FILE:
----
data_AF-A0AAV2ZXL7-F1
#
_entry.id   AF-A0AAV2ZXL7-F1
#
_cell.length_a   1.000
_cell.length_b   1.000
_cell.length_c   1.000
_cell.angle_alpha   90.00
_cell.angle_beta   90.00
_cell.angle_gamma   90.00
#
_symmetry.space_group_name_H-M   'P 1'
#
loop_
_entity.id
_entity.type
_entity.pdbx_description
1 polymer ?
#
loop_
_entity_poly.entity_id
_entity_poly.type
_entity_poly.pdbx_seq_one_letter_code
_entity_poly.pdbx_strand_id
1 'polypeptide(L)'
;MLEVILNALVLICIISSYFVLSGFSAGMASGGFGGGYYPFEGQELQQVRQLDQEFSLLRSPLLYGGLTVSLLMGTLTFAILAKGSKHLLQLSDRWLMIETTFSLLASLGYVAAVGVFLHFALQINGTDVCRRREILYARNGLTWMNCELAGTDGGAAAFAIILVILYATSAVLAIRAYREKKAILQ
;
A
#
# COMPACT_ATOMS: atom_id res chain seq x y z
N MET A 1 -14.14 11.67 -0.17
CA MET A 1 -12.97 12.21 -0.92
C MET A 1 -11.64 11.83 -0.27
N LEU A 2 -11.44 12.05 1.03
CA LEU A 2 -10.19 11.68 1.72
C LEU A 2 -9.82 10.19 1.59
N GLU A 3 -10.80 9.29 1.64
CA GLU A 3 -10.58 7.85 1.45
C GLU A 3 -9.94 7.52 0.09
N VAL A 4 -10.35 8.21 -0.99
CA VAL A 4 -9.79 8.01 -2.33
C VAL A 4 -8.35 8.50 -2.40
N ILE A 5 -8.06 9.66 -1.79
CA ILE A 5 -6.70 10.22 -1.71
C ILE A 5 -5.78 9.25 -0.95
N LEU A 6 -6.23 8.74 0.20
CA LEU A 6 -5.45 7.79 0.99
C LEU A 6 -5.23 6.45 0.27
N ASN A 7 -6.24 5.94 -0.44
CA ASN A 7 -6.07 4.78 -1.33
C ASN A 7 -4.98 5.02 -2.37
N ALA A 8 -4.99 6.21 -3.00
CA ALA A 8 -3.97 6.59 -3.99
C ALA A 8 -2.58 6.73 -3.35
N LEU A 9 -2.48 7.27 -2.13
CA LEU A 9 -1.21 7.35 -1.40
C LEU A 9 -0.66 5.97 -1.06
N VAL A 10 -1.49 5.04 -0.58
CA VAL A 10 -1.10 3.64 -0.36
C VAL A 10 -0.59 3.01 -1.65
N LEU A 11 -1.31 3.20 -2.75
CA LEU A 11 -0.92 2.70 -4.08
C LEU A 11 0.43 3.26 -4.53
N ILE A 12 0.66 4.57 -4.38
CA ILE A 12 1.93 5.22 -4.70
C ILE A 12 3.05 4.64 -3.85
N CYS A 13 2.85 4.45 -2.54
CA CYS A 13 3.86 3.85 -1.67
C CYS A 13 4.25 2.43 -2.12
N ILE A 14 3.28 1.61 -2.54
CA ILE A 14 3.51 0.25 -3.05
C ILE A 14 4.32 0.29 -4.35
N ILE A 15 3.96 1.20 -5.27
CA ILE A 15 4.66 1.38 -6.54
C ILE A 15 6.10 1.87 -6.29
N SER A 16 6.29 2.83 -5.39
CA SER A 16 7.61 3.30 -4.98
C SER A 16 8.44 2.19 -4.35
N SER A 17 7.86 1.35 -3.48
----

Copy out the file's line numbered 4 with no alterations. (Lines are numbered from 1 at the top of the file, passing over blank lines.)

#